H/T Ron Kitching.
I have just read a great article by Robert A. Ashworth, “No Evidence to Support Carbon Dioxide Causing Global Warming!”
In the early nineties, some scientists were saying that carbon dioxide (CO2) emissions were causing global warming. This was disturbing to the author; a chemical engineer who has worked on coal conversion processes his whole life. Before it was investigated as to whether or not this was really true, the author developed a scheme to remove CO2 from power plant flue gas by bubbling it through a pond of water to form algae, then skimming it off, drying it and feeding it back to the power plant as a fuel to be blended with the coal. This would do two things, reduce the overall CO2 emissions to the atmosphere, and conserve our coal reserves. After investigating CO2 as a cause of global warming, it appeared at that time to be false.
In the late 1990's it was brought up again and in 2001, the Intergovernmental Panel on Climate Change (IPCC) announced that CO2 was causing the earth to warm and developed computer models to predict how much the earth would warm in the future. In 2006-2007, the author evaluated this again in depth and found the premise was clearly false. IPCC scientists did not relay that, during the time from the mid 1960's to 1998, the stratosphere cooled almost three times as much as the earth warmed. From this input, the author could prove that CFC destruction of ozone, not CO2, was the cause of the abnormal warming over that period. He wrote a paper that has been peer reviewed and in mid 2009 will be published in a respected technical magazine. However, putting this aside, does any evidence exist to support the premise that increased concentrations of CO2 in the atmosphere have caused the earth to warm?
I have mentioned in a previous post that there is evidence that CFCs had been pointed out as a possible cause of GW and this effect had peaked and was reducing owing to the cessation of their use. This is consistent with the current cooling of the Earth, which appears to be the case at present.
The greatest difficulty in promoting this theory is that so much political capital has been invested in the vilification of carbon dioxide that it will be almost impossible to move the current GW zealots away from their positions. Governments have committed themselves to the religion of GW to the point where they will simply refuse to back down, especially if the alternative offers no real prospect of huge taxation.
One of the favorite forms of alternative energy is solar panels but problems have now been found with these, as they rely on nitrogen trifluoride which is a greenhouse gas that is 17,000 times more potent than CO2: -
H/T Strike The Root.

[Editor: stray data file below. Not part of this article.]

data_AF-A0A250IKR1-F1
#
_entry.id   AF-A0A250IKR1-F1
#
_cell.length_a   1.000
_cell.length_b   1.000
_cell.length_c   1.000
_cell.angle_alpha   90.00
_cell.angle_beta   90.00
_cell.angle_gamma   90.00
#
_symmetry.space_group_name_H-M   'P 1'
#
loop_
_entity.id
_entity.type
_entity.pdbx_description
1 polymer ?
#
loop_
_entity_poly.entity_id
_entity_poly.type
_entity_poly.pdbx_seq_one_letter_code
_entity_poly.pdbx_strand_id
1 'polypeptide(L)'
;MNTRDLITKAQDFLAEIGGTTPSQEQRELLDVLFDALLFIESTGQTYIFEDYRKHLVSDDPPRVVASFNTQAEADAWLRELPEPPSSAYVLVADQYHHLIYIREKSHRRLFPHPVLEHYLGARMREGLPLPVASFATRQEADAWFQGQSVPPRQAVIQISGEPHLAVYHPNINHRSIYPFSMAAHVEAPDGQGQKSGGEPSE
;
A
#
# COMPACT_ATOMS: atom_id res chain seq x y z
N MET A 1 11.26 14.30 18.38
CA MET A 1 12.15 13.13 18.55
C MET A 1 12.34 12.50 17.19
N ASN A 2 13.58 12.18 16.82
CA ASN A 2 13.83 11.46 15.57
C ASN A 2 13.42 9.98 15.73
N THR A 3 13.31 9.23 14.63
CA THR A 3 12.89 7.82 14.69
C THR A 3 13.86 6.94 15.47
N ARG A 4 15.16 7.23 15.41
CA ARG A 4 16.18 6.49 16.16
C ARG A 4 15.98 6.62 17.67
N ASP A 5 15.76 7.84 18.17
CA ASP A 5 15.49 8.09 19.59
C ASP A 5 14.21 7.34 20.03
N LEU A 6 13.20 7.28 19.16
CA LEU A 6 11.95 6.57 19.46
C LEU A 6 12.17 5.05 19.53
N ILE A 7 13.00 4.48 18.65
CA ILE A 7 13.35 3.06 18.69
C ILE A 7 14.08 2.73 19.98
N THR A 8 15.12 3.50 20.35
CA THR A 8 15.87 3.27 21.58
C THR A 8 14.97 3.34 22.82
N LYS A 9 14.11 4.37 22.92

Think switching to solar energy will make you green? Think again. Many of the newest solar panels are manufactured with a gas that is 17,000 times more potent than carbon dioxide in contributing to global warming.Does anybody ever bother to check what these types of compounds do, before they toss them into mass production?
Nitrogen trifluoride, or NF3, is used for cleaning microcircuits during the manufacture of a host of modern electronics, including flat-screen TVs, iPhones, computer chips—and thin-film solar panels, the latest (and cheapest) generation of solar photovoltaics. (Time named the panels one of the best inventions of 2008.) Because industry estimates suggested that only about 2 percent of NF3 ever made it into the atmosphere, the chemical has been marketed as a cleaner alternative to other higher-emitting options. For the past decade, the U.S. Environmental Protection Agency has actively encouraged its use. NF3 also wasn’t deemed dangerous enough to be covered by the Kyoto Protocol, making it an attractive substitute for companies and signatory countries eager to lower their emissions footprints.
It turns out that NF3 might not be so green after all. “NF3 has a potential greenhouse impact larger than … even that of the world’s largest coal-fired power plants,” according to a June 2008 study by researchers at the University of California, Irvine. Because NF3 isn’t covered by Kyoto, few attempts have been made to measure it in the atmosphere. But last October, scientists at the Scripps Institution of Oceanography reported that four times more NF3 is present in the atmosphere than industry estimates suggest, and its concentration is rising 11 percent a year.
Compared with the damage caused by CO2 emissions, NF3 remains a blip because far less of it is emitted. But Ray Weiss, who led the Scripps team, thinks that, unless regulations require more complete greenhouse gas measurements, more unpleasant surprises will be in store. With NF3, he says, “We’re finding considerably more in the atmosphere than was expected. This [gas] won’t be the only example of that.”